Governing Health in a Global Context
Full course description
This course introduces students to the issues of governance of health in a global context. In the first part of the module (‘Exploring the Global Health Landscape’), students will be familiarized with theoretical debates about processes of globalization and how these processes impact on people’s access to health services in very different settings. By exploring the global health landscape students examine emerging governance frameworks and discussions around legal frameworks and human rights. In the second part of the module (‘Governing Global Health’), we zoom in into national health systems and the various actors who are active in governing global health. Students are introduced to the ways in which health systems function and how actors –ranging from national governments, private providers, corporations, civil society organizations to patients and the local communities– are shaped by globalization. In doing so, the module focuses on processes of inclusion and exclusion, on difficult ethical dilemmas and trade-off decisions and asks whether health should be seen as a private or a public good. Major questions that loom in the background are: Who governs? Who intervenes? Who is responsible? How to strengthen health systems? How to ensure policy coherence? And how can we devise global solutions that are locally relevant and adaptable? The module ends by looking at the emerging agenda for global health (‘An Agenda for Global Health’) whereby students revisit some of the major questions and proposed solutions with regard to governing health in a global context. Students will apply these more general insights on health care governance to a concrete national health system in the skills training.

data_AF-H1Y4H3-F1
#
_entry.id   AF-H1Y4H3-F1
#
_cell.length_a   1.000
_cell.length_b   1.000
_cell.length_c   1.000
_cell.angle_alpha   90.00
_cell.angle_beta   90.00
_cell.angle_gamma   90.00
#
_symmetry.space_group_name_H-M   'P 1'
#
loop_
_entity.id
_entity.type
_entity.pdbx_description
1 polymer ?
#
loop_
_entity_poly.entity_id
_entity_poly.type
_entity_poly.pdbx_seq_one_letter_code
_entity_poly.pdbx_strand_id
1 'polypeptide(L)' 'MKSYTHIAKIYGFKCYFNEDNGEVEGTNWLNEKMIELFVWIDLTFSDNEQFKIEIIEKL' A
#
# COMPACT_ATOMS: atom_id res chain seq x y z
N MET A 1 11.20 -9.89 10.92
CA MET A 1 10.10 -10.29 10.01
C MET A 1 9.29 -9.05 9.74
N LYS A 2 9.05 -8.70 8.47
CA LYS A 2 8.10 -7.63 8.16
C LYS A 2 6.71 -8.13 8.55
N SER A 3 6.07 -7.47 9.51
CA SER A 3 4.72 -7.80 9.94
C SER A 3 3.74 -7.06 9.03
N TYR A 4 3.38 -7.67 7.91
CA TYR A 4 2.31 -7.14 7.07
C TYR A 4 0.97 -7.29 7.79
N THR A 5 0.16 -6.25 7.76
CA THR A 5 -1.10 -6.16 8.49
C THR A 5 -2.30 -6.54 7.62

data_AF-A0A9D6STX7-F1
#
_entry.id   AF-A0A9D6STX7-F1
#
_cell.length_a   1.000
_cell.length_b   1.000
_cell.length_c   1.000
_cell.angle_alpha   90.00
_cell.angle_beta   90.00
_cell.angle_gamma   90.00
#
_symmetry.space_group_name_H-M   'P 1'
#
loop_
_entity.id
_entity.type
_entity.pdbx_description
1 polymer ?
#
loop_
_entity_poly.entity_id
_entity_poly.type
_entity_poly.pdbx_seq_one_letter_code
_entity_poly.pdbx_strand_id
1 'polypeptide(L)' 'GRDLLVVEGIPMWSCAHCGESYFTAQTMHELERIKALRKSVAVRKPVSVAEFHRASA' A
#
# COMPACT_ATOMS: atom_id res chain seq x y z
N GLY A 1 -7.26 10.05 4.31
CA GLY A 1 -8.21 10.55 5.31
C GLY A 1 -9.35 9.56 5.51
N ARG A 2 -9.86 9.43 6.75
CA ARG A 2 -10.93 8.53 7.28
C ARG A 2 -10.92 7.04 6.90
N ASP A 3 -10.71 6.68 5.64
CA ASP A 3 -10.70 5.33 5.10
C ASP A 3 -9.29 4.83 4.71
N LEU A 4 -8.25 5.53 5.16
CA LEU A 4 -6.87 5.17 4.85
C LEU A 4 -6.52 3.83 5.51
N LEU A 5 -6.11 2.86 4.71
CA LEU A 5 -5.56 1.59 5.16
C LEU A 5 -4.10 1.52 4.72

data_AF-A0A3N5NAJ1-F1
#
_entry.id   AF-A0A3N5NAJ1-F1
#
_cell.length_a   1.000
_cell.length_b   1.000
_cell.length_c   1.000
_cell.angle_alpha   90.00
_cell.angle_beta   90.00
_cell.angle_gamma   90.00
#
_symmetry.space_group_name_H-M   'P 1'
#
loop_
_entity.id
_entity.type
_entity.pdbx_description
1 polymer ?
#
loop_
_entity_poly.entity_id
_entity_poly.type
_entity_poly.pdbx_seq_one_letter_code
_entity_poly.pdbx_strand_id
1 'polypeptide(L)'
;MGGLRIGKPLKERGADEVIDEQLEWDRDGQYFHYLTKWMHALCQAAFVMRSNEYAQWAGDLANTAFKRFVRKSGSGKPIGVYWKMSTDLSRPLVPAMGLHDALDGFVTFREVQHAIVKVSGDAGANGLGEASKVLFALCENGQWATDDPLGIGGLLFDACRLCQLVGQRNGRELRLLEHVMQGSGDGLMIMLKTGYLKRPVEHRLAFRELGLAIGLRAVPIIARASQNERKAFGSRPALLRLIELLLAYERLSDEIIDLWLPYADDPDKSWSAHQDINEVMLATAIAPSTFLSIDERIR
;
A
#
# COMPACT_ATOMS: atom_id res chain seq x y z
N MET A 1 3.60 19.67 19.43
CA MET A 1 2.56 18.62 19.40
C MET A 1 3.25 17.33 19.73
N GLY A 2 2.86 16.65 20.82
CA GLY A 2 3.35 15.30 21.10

The aim of this module is to make students aware of the different ways in which various global aspects (i.e.trade, environment, culture, technology, civil society) affect health, health policy and health practice of the different actors involved at global, national, regional and local levels. Student should become familiar with different rules, norms, institutions and organizations which govern health and discuss the challenges, opportunities and tensions that are involved when attempting to govern the increasing complexity of global health challenges.
• Lee, K. (2002). Globalization and Health – An Introduction.Palgrave Macmillan; • Labonte, R. et al. (eds.) (2009). Globalization and Health - Pathways, Evidence and Policy. New York: Routledge; • Buse, K.; Hein, W.; & N. Drager (eds.) Making Sense of Global Gealth Governance. A Policy Perspective. Palgrave Macmillan.